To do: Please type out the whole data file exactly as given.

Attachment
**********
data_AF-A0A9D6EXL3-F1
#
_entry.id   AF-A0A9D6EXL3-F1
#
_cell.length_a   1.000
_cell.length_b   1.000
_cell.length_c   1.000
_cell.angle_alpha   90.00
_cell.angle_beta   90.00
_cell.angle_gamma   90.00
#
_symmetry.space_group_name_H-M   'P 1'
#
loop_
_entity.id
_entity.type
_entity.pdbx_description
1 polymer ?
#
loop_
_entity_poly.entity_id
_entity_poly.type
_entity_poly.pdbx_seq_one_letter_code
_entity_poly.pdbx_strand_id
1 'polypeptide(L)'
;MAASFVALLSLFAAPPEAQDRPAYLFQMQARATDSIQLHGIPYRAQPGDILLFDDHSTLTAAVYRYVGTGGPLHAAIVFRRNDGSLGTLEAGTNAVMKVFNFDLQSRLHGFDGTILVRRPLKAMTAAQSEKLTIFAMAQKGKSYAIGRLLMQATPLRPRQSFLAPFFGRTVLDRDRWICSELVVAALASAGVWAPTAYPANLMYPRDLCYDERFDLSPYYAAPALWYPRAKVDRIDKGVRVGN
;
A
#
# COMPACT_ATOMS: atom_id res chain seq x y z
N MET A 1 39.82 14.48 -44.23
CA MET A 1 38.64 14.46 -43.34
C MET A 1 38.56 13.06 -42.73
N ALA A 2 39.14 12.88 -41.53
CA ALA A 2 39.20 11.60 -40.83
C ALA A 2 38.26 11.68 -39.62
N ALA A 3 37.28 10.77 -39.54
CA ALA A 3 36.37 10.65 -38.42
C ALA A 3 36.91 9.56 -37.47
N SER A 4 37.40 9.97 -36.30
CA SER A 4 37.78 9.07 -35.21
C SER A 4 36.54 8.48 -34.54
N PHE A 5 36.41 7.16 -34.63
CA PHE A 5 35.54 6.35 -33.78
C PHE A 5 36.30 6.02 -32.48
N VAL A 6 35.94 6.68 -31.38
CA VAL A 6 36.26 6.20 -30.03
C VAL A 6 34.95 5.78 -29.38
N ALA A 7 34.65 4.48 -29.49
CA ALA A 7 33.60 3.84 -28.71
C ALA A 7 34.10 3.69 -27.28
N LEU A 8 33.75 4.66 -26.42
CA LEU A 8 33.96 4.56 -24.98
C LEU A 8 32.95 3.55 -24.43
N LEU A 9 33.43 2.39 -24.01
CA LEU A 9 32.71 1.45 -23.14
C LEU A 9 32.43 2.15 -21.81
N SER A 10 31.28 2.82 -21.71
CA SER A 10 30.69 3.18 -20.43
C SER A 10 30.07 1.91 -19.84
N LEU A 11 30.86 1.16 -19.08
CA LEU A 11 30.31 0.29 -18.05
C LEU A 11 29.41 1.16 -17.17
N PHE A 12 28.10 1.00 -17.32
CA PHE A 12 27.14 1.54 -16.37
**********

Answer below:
data_AF-A0A9D6EXL3-F1
#
_entry.id   AF-A0A9D6EXL3-F1
#
_cell.length_a   1.000
_cell.length_b   1.000
_cell.length_c   1.000
_cell.angle_alpha   90.00
_cell.angle_beta   90.00
_cell.angle_gamma   90.00
#
_symmetry.space_group_name_H-M   'P 1'
#
loop_
_entity.id
_entity.type
_entity.pdbx_description
1 polymer ?
#
loop_
_entity_poly.entity_id
_entity_poly.type
_entity_poly.pdbx_seq_one_letter_code
_entity_poly.pdbx_strand_id
1 'polypeptide(L)'
;MAASFVALLSLFAAPPEAQDRPAYLFQMQARATDSIQLHGIPYRAQPGDILLFDDHSTLTAAVYRYVGTGGPLHAAIVFRRNDGSLGTLEAGTNAVMKVFNFDLQSRLHGFDGTILVRRPLKAMTAAQSEKLTIFAMAQKGKSYAIGRLLMQATPLRPRQSFLAPFFGRTVLDRDRWICSELVVAALASAGVWAPTAYPANLMYPRDLCYDERFDLSPYYAAPALWYPRAKVDRIDKGVRVGN
;
A
#
# COMPACT_ATOMS: atom_id res chain seq x y z
N MET A 1 39.82 14.48 -44.23
CA MET A 1 38.64 14.46 -43.34
C MET A 1 38.56 13.06 -42.73
N ALA A 2 39.14 12.88 -41.53
CA ALA A 2 39.20 11.60 -40.83
C ALA A 2 38.26 11.68 -39.62
N ALA A 3 37.28 10.77 -39.54
CA ALA A 3 36.37 10.65 -38.42
C ALA A 3 36.91 9.56 -37.47
N SER A 4 37.40 9.97 -36.30
CA SER A 4 37.78 9.07 -35.21
C SER A 4 36.54 8.48 -34.54
N PHE A 5 36.41 7.16 -34.63
CA PHE A 5 35.54 6.35 -33.78
C PHE A 5 36.30 6.02 -32.48
N VAL A 6 35.94 6.68 -31.38
CA VAL A 6 36.26 6.20 -30.03
C VAL A 6 34.95 5.78 -29.38
N ALA A 7 34.65 4.48 -29.49
CA ALA A 7 33.60 3.84 -28.71
C ALA A 7 34.10 3.69 -27.28
N LEU A 8 33.75 4.66 -26.42
CA LEU A 8 33.96 4.56 -24.98
C LEU A 8 32.95 3.55 -24.43
N LEU A 9 33.43 2.39 -24.01
CA LEU A 9 32.71 1.45 -23.14
C LEU A 9 32.43 2.15 -21.81
N SER A 10 31.28 2.82 -21.71
CA SER A 10 30.69 3.18 -20.43
C SER A 10 30.07 1.91 -19.84
N LEU A 11 30.86 1.16 -19.08
CA LEU A 11 30.31 0.29 -18.05
C LEU A 11 29.41 1.16 -17.17
N PHE A 12 28.10 1.00 -17.32
CA PHE A 12 27.14 1.54 -16.37